In the Journals

Higher postoperative pain linked to implant-based vs. flap-based breast reconstruction

Despite common perception that it is less-distressing of an operation, implant-based breast reconstruction may be more painful postoperatively than abdominally based free tissue transfer, according to findings from a 7-year retrospective study.

Out of 1,875 patients who underwent implant-based reconstruction or autologous abdominal free tissue reconstructions, 824 patients had sufficient electronic data available for inclusion in the study. A total of 438 patients underwent autologous abdominal based free flap reconstruction (280 unilateral, 158 bilateral) and 386 patients had implant-based reconstruction (119 unilateral and 267 bilateral).

Researchers analyzed postoperative pain using the visual analogue scale (VAS), number of patient-controlled analgesia attempts and total narcotic use by each group.

Results showed the implant-based group had higher total narcotic usage and patient-controlled analgesia attempts during the immediate postoperative period compared with the abdominal free flap group, according to the researchers. The implant-based group also had significantly higher VAS scores and total narcotic use through postoperative day 3.

Although both groups showed an increase in intravenous morphine equivalents over time during the postoperative period, the implant-based group displayed a greater overall narcotics usage postoperatively. The researchers also found that the number of narcotics consumed after postoperative day 2 by the implant group increased relative to the autologous group.

No statistically significant differences in VAS or patient-controlled analgesia attempts were observed between the reconstructive methods for unilateral reconstruction. However, patients who underwent unilateral implant-based procedures required more narcotic use than patients who underwent unilateral flap-based procedures.

The researchers also reported that bilateral reconstruction appeared to be more painful than unilateral reconstruction for both implant-based and flap-based cases, as patients who underwent bilateral reconstruction in each subgroup had higher VAS scores and patient-controlled analgesia attempts than unilateral patients in either subgroup. – by Abigail Sutton

Disclosures: The researchers report no relevant financial disclosures.

Despite common perception that it is less-distressing of an operation, implant-based breast reconstruction may be more painful postoperatively than abdominally based free tissue transfer, according to findings from a 7-year retrospective study.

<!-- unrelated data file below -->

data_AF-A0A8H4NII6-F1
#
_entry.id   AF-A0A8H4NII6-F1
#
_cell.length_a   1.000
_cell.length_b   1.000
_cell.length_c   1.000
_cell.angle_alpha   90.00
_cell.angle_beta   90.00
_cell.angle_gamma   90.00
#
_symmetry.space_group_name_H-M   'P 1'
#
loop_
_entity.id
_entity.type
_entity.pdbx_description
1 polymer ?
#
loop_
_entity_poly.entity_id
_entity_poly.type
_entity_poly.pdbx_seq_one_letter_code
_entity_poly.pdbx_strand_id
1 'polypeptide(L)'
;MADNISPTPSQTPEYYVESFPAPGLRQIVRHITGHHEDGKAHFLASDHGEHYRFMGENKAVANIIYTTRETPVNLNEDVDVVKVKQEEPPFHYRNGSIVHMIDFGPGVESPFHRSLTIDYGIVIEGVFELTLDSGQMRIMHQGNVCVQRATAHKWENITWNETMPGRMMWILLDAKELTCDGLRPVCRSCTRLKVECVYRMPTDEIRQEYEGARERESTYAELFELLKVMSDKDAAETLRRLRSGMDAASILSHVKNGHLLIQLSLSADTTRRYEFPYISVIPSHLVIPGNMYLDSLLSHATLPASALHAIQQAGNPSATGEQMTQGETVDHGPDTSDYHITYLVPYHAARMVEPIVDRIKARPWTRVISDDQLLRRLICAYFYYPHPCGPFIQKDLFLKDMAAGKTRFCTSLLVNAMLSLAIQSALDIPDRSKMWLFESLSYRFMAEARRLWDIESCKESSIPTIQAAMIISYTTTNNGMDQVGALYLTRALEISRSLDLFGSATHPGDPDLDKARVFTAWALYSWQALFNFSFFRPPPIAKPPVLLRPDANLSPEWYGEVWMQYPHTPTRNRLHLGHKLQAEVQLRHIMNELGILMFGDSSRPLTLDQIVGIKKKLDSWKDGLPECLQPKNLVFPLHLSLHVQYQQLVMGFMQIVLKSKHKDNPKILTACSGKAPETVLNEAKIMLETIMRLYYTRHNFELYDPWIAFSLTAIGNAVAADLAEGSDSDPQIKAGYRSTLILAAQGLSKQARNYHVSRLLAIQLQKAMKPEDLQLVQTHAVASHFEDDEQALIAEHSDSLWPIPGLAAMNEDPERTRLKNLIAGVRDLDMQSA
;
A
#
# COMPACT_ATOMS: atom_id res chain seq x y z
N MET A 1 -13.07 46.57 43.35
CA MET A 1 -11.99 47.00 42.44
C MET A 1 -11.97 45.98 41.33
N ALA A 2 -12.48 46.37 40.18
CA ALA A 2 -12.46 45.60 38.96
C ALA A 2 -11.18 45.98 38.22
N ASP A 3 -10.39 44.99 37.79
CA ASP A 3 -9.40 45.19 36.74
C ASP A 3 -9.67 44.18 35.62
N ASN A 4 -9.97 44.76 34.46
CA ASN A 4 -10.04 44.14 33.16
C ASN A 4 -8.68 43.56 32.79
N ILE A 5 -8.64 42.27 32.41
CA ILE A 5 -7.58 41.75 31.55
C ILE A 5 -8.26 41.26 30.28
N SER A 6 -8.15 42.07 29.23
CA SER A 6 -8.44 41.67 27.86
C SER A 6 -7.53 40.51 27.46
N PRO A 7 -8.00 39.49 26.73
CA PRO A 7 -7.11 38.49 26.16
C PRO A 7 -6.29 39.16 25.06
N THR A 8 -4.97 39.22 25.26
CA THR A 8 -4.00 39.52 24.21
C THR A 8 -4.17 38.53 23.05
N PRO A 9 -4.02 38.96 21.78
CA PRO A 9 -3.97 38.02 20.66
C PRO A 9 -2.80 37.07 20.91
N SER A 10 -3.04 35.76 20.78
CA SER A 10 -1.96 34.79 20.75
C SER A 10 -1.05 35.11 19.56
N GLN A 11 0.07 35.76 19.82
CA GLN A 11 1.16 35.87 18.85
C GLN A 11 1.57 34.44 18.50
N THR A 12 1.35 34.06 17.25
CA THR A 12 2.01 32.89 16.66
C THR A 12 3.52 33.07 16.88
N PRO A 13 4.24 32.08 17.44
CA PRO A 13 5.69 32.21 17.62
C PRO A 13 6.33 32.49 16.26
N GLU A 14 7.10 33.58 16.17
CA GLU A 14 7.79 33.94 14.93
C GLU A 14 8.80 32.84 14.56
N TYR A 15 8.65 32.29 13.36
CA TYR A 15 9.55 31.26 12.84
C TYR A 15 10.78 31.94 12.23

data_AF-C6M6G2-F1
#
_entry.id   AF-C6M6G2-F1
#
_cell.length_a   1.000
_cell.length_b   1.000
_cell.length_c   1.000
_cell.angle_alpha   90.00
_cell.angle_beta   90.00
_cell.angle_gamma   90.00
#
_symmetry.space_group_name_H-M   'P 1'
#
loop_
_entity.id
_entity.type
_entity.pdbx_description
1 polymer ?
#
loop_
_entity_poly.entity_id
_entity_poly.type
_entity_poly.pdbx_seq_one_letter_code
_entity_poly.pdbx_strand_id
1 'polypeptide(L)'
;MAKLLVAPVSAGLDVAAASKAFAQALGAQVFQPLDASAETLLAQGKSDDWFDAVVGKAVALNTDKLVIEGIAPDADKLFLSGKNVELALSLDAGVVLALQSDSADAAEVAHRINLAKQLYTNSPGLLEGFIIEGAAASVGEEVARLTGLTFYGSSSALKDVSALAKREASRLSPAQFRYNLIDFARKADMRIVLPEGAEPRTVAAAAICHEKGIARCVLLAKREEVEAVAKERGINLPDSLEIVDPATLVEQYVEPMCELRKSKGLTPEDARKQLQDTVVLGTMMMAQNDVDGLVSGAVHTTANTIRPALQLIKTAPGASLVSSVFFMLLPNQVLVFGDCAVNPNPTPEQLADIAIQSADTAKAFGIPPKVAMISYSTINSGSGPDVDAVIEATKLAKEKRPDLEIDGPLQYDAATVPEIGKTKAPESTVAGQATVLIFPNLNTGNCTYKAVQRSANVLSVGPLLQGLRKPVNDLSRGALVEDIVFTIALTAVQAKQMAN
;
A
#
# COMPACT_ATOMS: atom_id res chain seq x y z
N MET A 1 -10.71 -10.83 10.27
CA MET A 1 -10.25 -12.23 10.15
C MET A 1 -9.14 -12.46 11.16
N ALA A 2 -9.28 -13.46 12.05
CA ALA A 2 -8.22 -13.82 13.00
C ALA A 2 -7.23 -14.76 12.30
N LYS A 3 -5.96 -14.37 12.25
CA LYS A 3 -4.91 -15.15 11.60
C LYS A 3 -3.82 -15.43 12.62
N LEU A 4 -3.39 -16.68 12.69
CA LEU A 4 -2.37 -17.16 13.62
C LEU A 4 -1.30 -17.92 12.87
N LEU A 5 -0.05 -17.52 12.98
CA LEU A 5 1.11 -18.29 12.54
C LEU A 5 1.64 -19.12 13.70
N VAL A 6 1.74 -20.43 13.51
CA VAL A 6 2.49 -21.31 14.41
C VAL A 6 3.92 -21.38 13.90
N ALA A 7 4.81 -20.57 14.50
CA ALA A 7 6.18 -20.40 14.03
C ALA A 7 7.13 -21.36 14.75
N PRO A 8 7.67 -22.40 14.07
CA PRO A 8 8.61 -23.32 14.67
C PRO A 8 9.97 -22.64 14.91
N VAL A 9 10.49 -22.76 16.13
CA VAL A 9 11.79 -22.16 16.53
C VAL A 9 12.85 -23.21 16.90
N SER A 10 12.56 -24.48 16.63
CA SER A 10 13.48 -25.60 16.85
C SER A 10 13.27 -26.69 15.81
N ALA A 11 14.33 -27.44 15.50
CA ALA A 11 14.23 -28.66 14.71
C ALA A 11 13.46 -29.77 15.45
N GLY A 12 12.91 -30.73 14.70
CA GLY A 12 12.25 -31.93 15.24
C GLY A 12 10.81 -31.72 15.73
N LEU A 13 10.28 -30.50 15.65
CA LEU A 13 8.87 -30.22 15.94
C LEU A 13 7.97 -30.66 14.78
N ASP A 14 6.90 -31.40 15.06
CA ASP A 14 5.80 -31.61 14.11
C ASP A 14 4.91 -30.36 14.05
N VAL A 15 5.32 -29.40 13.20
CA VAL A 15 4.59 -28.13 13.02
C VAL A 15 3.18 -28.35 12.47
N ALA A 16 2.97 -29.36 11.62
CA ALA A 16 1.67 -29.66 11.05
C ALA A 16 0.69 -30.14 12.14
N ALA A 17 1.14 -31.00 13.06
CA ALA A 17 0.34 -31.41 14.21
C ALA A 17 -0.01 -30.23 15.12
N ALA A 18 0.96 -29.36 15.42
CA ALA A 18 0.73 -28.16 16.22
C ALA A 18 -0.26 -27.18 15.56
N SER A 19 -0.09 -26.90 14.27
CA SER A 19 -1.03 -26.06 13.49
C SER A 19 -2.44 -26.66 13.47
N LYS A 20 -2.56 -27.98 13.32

Out of 1,875 patients who underwent implant-based reconstruction or autologous abdominal free tissue reconstructions, 824 patients had sufficient electronic data available for inclusion in the study. A total of 438 patients underwent autologous abdominal based free flap reconstruction (280 unilateral, 158 bilateral) and 386 patients had implant-based reconstruction (119 unilateral and 267 bilateral).

Researchers analyzed postoperative pain using the visual analogue scale (VAS), number of patient-controlled analgesia attempts and total narcotic use by each group.

Results showed the implant-based group had higher total narcotic usage and patient-controlled analgesia attempts during the immediate postoperative period compared with the abdominal free flap group, according to the researchers. The implant-based group also had significantly higher VAS scores and total narcotic use through postoperative day 3.

Although both groups showed an increase in intravenous morphine equivalents over time during the postoperative period, the implant-based group displayed a greater overall narcotics usage postoperatively. The researchers also found that the number of narcotics consumed after postoperative day 2 by the implant group increased relative to the autologous group.

No statistically significant differences in VAS or patient-controlled analgesia attempts were observed between the reconstructive methods for unilateral reconstruction. However, patients who underwent unilateral implant-based procedures required more narcotic use than patients who underwent unilateral flap-based procedures.

The researchers also reported that bilateral reconstruction appeared to be more painful than unilateral reconstruction for both implant-based and flap-based cases, as patients who underwent bilateral reconstruction in each subgroup had higher VAS scores and patient-controlled analgesia attempts than unilateral patients in either subgroup. – by Abigail Sutton

Disclosures: The researchers report no relevant financial disclosures.